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by Gary Sudborough
Monday, Nov. 10, 2003 at 10:43 AM
The Bush administration has cut veteran's benefits and forced wounded soldiers to pay for hospital meals. They have kept returning sick and wounded soldiers in horrible conditions on US military bases and made them wait months for doctor's appointments. Now, they plan to close schools and commissaries on military bases and privatize the remaining commissaries. Oh well, that is more money for Halliburton, Bechtel and all other corporations which profit immensely from war.
Issue Date: November 03, 2003
An act of ‘Betrayal’
In the midst of war, key family benefits face cuts
By Karen Jowers
Times staff writer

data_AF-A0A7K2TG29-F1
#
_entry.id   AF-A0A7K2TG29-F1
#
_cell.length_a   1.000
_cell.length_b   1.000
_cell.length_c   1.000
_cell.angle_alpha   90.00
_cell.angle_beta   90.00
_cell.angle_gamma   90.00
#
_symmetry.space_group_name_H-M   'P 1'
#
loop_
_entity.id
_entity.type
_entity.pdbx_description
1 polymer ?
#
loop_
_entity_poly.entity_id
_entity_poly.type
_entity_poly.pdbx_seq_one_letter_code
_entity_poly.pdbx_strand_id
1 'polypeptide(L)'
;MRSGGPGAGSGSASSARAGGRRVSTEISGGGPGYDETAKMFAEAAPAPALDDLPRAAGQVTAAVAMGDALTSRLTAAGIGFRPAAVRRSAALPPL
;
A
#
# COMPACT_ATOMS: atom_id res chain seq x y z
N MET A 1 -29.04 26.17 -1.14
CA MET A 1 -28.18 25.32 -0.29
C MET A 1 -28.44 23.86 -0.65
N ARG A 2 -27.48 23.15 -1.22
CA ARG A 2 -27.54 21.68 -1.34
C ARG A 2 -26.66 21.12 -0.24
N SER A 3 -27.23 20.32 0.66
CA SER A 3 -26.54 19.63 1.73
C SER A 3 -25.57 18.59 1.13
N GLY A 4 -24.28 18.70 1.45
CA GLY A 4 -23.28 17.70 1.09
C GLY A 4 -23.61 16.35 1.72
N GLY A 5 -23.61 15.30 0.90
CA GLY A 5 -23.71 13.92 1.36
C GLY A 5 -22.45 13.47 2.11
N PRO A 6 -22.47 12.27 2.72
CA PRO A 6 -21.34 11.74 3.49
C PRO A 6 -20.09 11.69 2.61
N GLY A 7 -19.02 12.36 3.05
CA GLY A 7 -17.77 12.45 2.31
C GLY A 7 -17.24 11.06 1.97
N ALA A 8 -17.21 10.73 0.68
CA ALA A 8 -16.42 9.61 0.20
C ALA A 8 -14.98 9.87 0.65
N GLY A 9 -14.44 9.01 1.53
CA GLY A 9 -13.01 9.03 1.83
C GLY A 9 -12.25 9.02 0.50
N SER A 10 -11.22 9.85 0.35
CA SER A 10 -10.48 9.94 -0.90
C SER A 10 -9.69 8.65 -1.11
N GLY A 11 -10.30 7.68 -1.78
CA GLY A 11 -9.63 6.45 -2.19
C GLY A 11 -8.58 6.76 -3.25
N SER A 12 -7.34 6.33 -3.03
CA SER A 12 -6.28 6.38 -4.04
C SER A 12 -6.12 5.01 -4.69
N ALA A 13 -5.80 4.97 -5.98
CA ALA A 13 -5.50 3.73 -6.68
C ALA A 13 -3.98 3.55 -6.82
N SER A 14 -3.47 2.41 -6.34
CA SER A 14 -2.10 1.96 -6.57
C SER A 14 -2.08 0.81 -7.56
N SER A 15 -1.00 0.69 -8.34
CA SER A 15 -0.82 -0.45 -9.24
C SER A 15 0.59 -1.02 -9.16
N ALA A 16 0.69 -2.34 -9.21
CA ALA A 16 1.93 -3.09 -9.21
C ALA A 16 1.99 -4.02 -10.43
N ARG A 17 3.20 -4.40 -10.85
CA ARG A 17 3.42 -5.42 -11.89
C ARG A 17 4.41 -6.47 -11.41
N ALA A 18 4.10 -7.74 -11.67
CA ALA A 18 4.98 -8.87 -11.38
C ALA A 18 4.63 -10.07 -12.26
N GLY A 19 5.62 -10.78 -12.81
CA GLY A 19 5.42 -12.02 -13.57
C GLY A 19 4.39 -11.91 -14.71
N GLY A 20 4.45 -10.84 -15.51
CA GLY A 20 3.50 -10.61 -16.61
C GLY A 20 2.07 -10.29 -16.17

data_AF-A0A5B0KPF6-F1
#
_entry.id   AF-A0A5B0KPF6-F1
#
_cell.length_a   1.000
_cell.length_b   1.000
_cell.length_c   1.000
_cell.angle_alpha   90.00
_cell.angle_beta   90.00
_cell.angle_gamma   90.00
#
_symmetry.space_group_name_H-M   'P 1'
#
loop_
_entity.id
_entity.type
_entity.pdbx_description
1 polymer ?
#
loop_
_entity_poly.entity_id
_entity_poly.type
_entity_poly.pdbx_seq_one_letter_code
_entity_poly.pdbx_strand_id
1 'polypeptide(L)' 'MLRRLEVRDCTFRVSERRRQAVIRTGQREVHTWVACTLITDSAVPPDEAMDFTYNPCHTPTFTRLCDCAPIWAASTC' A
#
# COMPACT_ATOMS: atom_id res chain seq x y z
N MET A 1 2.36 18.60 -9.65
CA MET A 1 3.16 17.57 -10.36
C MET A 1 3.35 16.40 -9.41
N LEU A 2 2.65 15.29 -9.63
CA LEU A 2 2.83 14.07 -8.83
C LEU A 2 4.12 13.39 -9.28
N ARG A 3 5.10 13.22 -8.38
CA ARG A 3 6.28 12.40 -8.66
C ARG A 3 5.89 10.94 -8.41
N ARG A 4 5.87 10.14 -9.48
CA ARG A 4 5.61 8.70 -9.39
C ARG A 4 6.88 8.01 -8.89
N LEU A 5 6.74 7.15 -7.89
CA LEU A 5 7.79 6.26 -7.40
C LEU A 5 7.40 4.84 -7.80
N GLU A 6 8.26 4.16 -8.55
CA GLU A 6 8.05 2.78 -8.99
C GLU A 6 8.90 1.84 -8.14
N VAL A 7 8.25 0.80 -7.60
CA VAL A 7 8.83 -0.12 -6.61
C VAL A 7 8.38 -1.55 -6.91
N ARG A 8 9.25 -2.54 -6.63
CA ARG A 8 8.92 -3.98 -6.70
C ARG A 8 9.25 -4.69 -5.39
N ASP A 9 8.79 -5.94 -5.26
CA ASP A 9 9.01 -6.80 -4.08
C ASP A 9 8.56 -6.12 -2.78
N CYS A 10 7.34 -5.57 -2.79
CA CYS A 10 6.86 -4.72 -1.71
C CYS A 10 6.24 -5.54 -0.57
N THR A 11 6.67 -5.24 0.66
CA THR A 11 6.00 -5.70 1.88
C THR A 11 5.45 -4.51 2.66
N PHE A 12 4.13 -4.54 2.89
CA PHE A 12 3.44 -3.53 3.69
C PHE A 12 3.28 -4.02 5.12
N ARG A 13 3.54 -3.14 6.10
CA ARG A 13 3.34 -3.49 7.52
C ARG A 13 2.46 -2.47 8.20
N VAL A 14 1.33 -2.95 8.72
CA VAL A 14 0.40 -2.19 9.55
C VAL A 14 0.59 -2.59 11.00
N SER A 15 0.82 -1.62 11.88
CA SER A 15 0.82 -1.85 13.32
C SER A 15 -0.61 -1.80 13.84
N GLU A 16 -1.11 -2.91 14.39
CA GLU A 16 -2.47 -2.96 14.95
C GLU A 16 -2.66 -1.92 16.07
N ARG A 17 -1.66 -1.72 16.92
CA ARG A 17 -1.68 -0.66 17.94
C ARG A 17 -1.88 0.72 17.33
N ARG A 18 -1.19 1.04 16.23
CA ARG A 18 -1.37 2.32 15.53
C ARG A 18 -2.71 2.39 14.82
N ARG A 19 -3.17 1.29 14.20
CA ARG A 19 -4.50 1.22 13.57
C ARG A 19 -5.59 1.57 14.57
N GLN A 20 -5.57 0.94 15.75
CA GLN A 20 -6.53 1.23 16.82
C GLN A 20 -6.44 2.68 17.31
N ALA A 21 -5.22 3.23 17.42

Commissaries and the Defense Department’s stateside schools are in the crosshairs of Pentagon budget cutters, and military advocates, families and even base commanders are up in arms. Defense officials notified the services in mid-October that they intend to close 19 commissaries and consider closing 19 more, mostly in remote areas.At the same time, the Pentagon is finishing a study to determine whether to close or transfer control of the 58 schools it operates on 14 military installations in the continental United States.The two initiatives are the latest in a string of actions by the Bush administration to cut or hold down growth in pay and benefits, including basic pay, combat pay, health-care benefits and the death gratuity paid to survivors of troops who die on active duty.The roots of all these efforts reach back to the highest levels of the Defense Department.Defense Secretary Donald Rumsfeld has made no secret of his desire to get the military out of support activities that are not central to its core war-fighting functions, said Joseph Tafoya, director of the Department of Defense Education Activity. As soon as he arrived at the Pentagon three years ago, Tafoya said, Rumsfeld began asking: “Why am I running stores? Why am I in education?”On Oct. 16, at the headquarters of the Domestic Dependent Elementary and Secondary Schools in Peachtree City, Ga., Tafoya hosted more than 70 senior officers, school administrators, teachers, military parents and students for a forum on the future of the U.S.-based schools.“As Marines, we take the short end of the stick in many ways,” said Col. James Lowe, commander of Marine Corps Base Quantico, Va. “But when it comes to our children, we’re very intolerant about them being shortchanged.”And shortchanged is exactly how military families and family advocates are feeling, said Joyce Raezer, director of government relations for the National Military Family Association. “How can leadership be talking about cutting back on quality-of-life benefits right now when the force and everyone supporting the force is at such a high stress level?” Raezer said.The week the commissary cuts became known, 11 soldiers were killed in Iraq, and as many as 30 failed to show up on schedule for return flights to Baghdad at the end of their two-week R&R visits.A ‘personal affront’“Betrayal — write that down and put it in your report,” said Col. John Kidd, garrison commander of Fort Stewart, Ga., testifying at Tafoya’s forum on the need to keep military-run schools on his post. “As a commander, I will fight this tooth and nail. Folks down there are not just militant on this issue. They will march on Washington.”Lowe, the Quantico base commander, said he never has seen his community more united than it is over the schools issue.“The very fact that this transfer study is being conducted at this time when Marines, sailors, soldiers and airmen and their families are increasingly required to give more of themselves and to go in harm’s way is taken by many as a personal affront,” he said. “It raises serious questions about DoD’s commitment to all quality-of-life issues.”Tafoya said there is no problem with studying the need to keep the schools. “[But] I do have a problem with the angst it has caused,” he said. “If we had known about what military families would be going through, we may well not have done [the study]. … I hope we will never have to do this again.”The study’s recommendations must be submitted by Feb. 15 to Charles Abell, principal deputy undersecretary of defense for personnel and readiness. The timeline for what happens after that is unclear, but officials say no decisions are likely before March or April.Officials could decide to transfer operational control of some or all schools to local public districts — or simply keep the status quo. Tafoya said any changes would take at least three or four years to implement. In the first two phases of the $1.6 million DDESS study, which began earlier this year, contractors have:• Analyzed the operating costs of each school. • Projected costs of transferring each school to its respective public district outside the gate. • Assessed the physical condition of each building.• Surveyed local and state school officials in affected districts.The physical analysis found that four of the 58 schools need to be replaced; six are in excellent shape; 26 are adequate; 17 are good; and five are in poor condition. The bill for fixing the subpar schools is $121 million, Tafoya said.School officials will use this data to plan for repairing or replacing the schools, regardless of whether they’re turned over to public districts, he said.Not just dollars and centsCommanders and parents urged defense officials to consider not just the dollars involved, but the quality of the education provided by the schools, which consistently rank high in national test scores.Students at DDESS schools at Fort Benning, Ga., outperform any nearby district, said Brig. Gen. Ben Freakley, commander of the post, which has six elementary schools and one middle school. Some 89 percent of parents surveyed are satisfied with the schools, he said. “I remind you we’re at war,” Freakley told Tafoya. “Having just come from Iraq, I know that the last thing soldiers, sailors and airmen want is to be concerned about the education of their children while they’re fighting.”Freakley said the roughly 1,000 parents who attended a recent Fort Benning town hall meeting are “mad that this is even being suggested at a time of war and deployment.”He warned against making a decision based on dollars rather than quality of life. “Dollars don’t tell the whole story — they never do,” he said.Commanders also noted states and local communities are having problems funding their public schools. Col. Larry Ruggley, garrison commander at Fort Campbell, Ky., showed local newspapers with headlines noting a two-week delay in the opening of civilian schools outside the gate because of budget wrangling.Fort Campbell soldiers will continue to be deployed, Ruggley said. “We look to the stability and support of the school environment on Fort Campbell to take care of the children. It’s all about the soldier we put in harm’s way.”Col. John Neubauer, commander of Maxwell Air Force Base, Ala., said his base’s schools outperform those outside the gate. DDESS students at Maxwell consistently score in the 75th percentile nationally, he said, while “students outside the gate consistently score in the lower half.”“We have a close relationship with the local community,” he said. “But the state of Alabama refuses to adequately fund education.”Marine 2nd Lt. Daniel Allen, 32, a former staff sergeant with 14 years in the Corps who is assigned to Camp Lejeune, N.C., said the debate over the DDESS schools comes down to one thing — quality. He and wife, Shelby, have two children — daughter Mercydes, 11, and son Zachery, 10, both of whom go to DDESS schools on Lejuene.“All that matters is quality,” Allen said. “Once education [quality] starts falling, that’s when you start asking, ‘Is this best for my kids?’.”Impact on retention Lt. Gen. William Lennox, superintendent of the U.S. Military Academy at West Point, N.Y., urged defense officials not to overlook the potential impact on recruiting and retention that this study could have.Lennox was disappointed that senior Pentagon leaders who would make the decisions about the future of DDESS were not at the forum. He said the study probably is the top concern among families at West Point. “I dare say I would lose 50 percent of those who want to teach because they wouldn’t want to put their kids in jeopardy,” he said. “I would be transferring 800 students into a 600-student [public] school, and have no voting representation in the school board.” He showed a video clip from a town hall meeting held at West Point in which parents said the No. 1 reason they love living at West Point is the schools. Said one soldier: “We choose not to invest in a home [off post] because our equity is in our children.”The same is true at Quantico, said Lt. Gen. Edward Hanlon, commander of the Marine Corps Combat Development Command.“To win battles, you’d better have a good family foundation,” he said. The DDESS schools were started after World War II, when President Truman desegregated the armed forces. The military needed them because so many bases were in the segregated south, where black soldiers’ children couldn’t get the education they deserved.Race continues to be an issue for some commanders. Segregation “still exists in the deep South,” said Kidd, the Fort Stewart commander. “If that was a prime situation for the [creation] of DDESS, then that need is not yet met.”Safety and security also are at issue. “My peers and I feel much safer from violence and drugs,” said Drexel Heard, a student at Camp Lejeune High School in North Carolina. “At DDESS, safety is right up there with education.”A powerful kinshipFor DDESS students, one of the most reassuring aspects of the schools is their strong sense of community. Christie McCrum, a high school senior at Fort Campbell, Ky., said teachers at her school are intimately familiar with the stresses often placed upon military families.McCrum said words can’t express the pain she endured being separated from her father during his long deployments. Her teachers “know what to say when you’re crying your eyes out and need to step out in the hallway,” she said.Caroline Myers, stateside director of the Federal Education Association, which represents DDESS teachers, remembers a little girl named Elizabeth who came into her second-grade class at Fort Benning the morning after the 1991 Persian Gulf War began.“She walked in, looked at me, ran into my arms and said, ‘My mommy said my daddy might die,’” Myers said.Myers took the girl to talk to the school counselor. When she returned, “I said, ‘Elizabeth, we have to cross our fingers they’ll be OK,’” Myers recalled. “I had 20 children in the class. … Eight had parents deployed. Elizabeth crossed her fingers and walked back to her seat. I looked across the room, and 20 children had their fingers crossed.”Commissary concernsWith the Navy community at Naval Surface Warfare Center in Dahlgren, Va., already concerned about their schools, news that their commissary also is under scrutiny for possible closure comes as a double whammy.“The commissary is busy all the time when it’s open,” said Maggie Coulson, the wife of a Navy captain. “They’ve got good prices, which is important for our younger service members.” The small base is an hour’s drive from the next-closest commissaries at Quantico and Andrews Air Force Base, Md., she said. “If we lose that and the school, there will not be a whole lot here for us.”Raezer, of the National Military Family Association, questioned why Defense Commissary Agency officials hadn’t notified her association or other military family advocates about the closures. Although Abell signed a memo about the closures on Aug. 29, sources said the commissary agency director didn’t hear about it until Oct. 15, and service officials didn’t hear about it until a few days before that.Defense officials did not respond to questions about the closures by press time. But previous Defense Department documents cite criteria for operating stores that include having at least 100 active-duty personnel stationed at the base and consideration for the remoteness of the location, with the benchmark being that a store generally should be within 20 miles or 30 minutes’ driving time for personnel assigned in the area.That puzzles family members at places like Dahlgren and the Army’s White Sands Missile Range, N.M., where driving time is twice that. “We are so remote, it would make it really difficult” if the store closed, said Patti Gentry, wife of an Army colonel at White Sands. Although two sprawling bases — Holloman Air Force Base, N.M., and Fort Bliss, Texas — actually border White Sands, it’s 45 miles to the commissary at Holloman and more than an hour’s drive to the store at Fort Bliss.“Even the closest commercial grocery store is 26 miles away, in Las Cruces. It’s desert between here and there,” Gentry said. “It would be awful” if the White Sands store closed.She noted that a large proportion of the housing area, with more than 330 homes, is populated by enlisted and company-grade officers from all services.In his Aug. 29 memo to the services and the Commissary Operating Board, Abell referred to funding shortfalls. “I appreciate the difficulty of decisions to close commissary store operations,” he wrote. “[But] we can no longer justify marginal stores in close proximity to another commissary.” Previous commissary agency officials developed a formula to measure the operating efficiency of stores, based on, among other things, how much taxpayer money is used to operate a store compared with its total sales.The Commissary Operating Board recommended cutting off taxpayer funding for the combined commissary/exchange store at Orlando, Fla. The fate of that store hasn’t been decided. Abell sought recommendations from the Navy on the future of the store, which would have to charge higher prices without taxpayer support.Abell approved the board’s recommendation to close the stores at Bad Aibling, Germany, this fiscal year, and approved a request from the Army and Air Force to close combined stores at Homestead Air Reserve Base, Fla., and Fort McClellan, Ala. He asked for a report on the combined store at Fort Worth, Texas.He also asked for plans to close this fiscal year stores at Sagami Depot, Sagamihara and Camp Kure, Japan; Idar Oberstein, Neubreucke and Panzer, Germany; Chinhae, Korea; and Dugway Proving Ground, Utah.Based on sales-to-operating-cost ratios, decisions are imminent on store closures at Dahlgren, Va.; Lakehurst, N.J.; Kelly Barracks, Germany; Hario, Japan; Pusan, South Korea; and Yuma Proving Ground, Ariz. Abell said another 19 stores, including the White Sands store, “do not meet the criteria for continued operation.” For the moment, he is deferring closure decisions on those but wants to see quarterly reports for each.Raezer said service members and families in remote areas appear to be the potential big losers in the current round of store closures.She said the main argument for providing appropriated funds to the commissary agency is to support stores in such remote areas, because they are more costly to operate.With that need gone or sharply reduced, incentive to privatize the stores could grow.Commercial grocery chains will not go into such small communities to provide this benefit, Raezer said, adding that divesting the commissary agency of such stores could boost the incentive to privatize the commissary system, an idea that has simmered on the back burner for years.“What does it do to the benefit if you say some places are too isolated even for the Defense Commissary Agency?” she said. “You’re taking it away from the people who need it the most.”Staff writer C. Mark Brinkley contributed to this story from Jacksonville, N.C.